Winter Garden News

Back to Earth

After the wettest autumn I can ever remember the weather has finally let up and routine work in the garden goes on. For many months the soil has been too wet to work on but finally I have been able to weed and rotavate two of the four large growing areas.

Last week I was able to harvest the last batch of parsnips and put 16 bags of cut, peeled and blanched veg into the deep freeze. There are still beetroot in the ground and the successful crop of sprouting broccoli looks very tasty inside its protective netting cages – these have (so far) worked very well, keeping away both birds and butterflies.

At least the wet weather did not prevent the necessary task of pruning the soft fruits (black currants, gooseberries and raspberries). I was also able to spend time putting new stainless steel support wires along the garden walls so the the espaliered fruit trees could continue to be trained effectively. These trees are doing very well now enjoying the very beneficial micro-climate which their proximity to the south facing wall provides. It was interesting to see that the apples on the open orchard trees dropped from their trees at least a month earlier than those growing against the garden wall.

The Annual Compost Bonanza

What a rewarding and exciting job it is to open up the mature compost heap which has been quietly rotting down over the past year. The strong compost bin has been heaped up to the top of the wall (3 metres high) many times over the summer – with weeds and vegetable tops from the garden and masses of cut grass and weeds scythed from the orchard and woodland. All this green material has now been converted into beautiful brown humus ready to be incorporated into the ever hungry soil. Of course I have to cut away the outer layers (about 2 feet – 60 cm) deep both on top and on the front – this is easily stacked into the adjacent compost bin which will be emptied at Christmas in 12 months time.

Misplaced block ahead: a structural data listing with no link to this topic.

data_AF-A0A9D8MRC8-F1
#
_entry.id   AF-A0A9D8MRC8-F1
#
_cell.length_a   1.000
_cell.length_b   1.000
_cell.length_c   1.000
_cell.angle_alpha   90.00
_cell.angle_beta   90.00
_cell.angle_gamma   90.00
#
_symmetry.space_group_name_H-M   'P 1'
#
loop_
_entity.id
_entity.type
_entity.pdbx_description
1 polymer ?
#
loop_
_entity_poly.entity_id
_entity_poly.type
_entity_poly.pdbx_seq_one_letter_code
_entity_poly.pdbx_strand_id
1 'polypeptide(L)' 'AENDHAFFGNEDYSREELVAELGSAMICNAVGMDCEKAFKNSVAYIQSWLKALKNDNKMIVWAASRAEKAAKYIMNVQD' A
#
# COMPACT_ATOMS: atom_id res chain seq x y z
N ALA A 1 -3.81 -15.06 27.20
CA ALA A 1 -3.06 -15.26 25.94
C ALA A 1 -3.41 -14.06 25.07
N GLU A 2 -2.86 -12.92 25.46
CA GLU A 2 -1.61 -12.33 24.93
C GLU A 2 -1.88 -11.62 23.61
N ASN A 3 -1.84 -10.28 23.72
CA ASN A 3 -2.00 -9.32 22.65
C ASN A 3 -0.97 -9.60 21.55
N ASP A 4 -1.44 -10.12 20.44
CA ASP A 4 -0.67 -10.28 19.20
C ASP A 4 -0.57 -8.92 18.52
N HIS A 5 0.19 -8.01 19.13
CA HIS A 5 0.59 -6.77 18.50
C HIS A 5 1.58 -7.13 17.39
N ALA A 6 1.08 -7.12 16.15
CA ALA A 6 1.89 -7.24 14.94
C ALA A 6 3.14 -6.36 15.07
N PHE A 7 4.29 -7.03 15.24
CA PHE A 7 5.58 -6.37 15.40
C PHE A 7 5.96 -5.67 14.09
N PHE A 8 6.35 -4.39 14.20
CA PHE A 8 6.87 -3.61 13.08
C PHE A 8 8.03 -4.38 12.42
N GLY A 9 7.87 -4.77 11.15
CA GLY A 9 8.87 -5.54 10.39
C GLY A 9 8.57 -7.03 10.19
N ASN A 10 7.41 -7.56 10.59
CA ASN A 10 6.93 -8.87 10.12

Inside the heap it's amazing to see how the fermentation, bacteria, worms and fungi have converted the mass of green material into lovely compost. In fact I am able to take 24 wheelbarrows – about 2 tons - spread on the garden.

Now we have just got some good dry weather l have spread out these heaps so we have a layer a few centimeters covering the soil and this can easily be worked into the soil with the rotavator.

So the mature compost bin is empty now and we continue to add new material to the working bin which will be ready to spread next Christmas

About the John Seymour School

© William Sutherland, Alnwick, UK. -  Website created by Alterculteurs

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John Seymour came to live in Ireland in 1981 when he began work on developing his smallholding in County Wexford. A regular series of summer courses was started in 1993.     Will Sutherland joined John in running courses soon afterwards and continued to work with John until his death at the age of 90 in 2004.   Will continues to run courses and give workshops on the many and various topics covered by the Complete Book.


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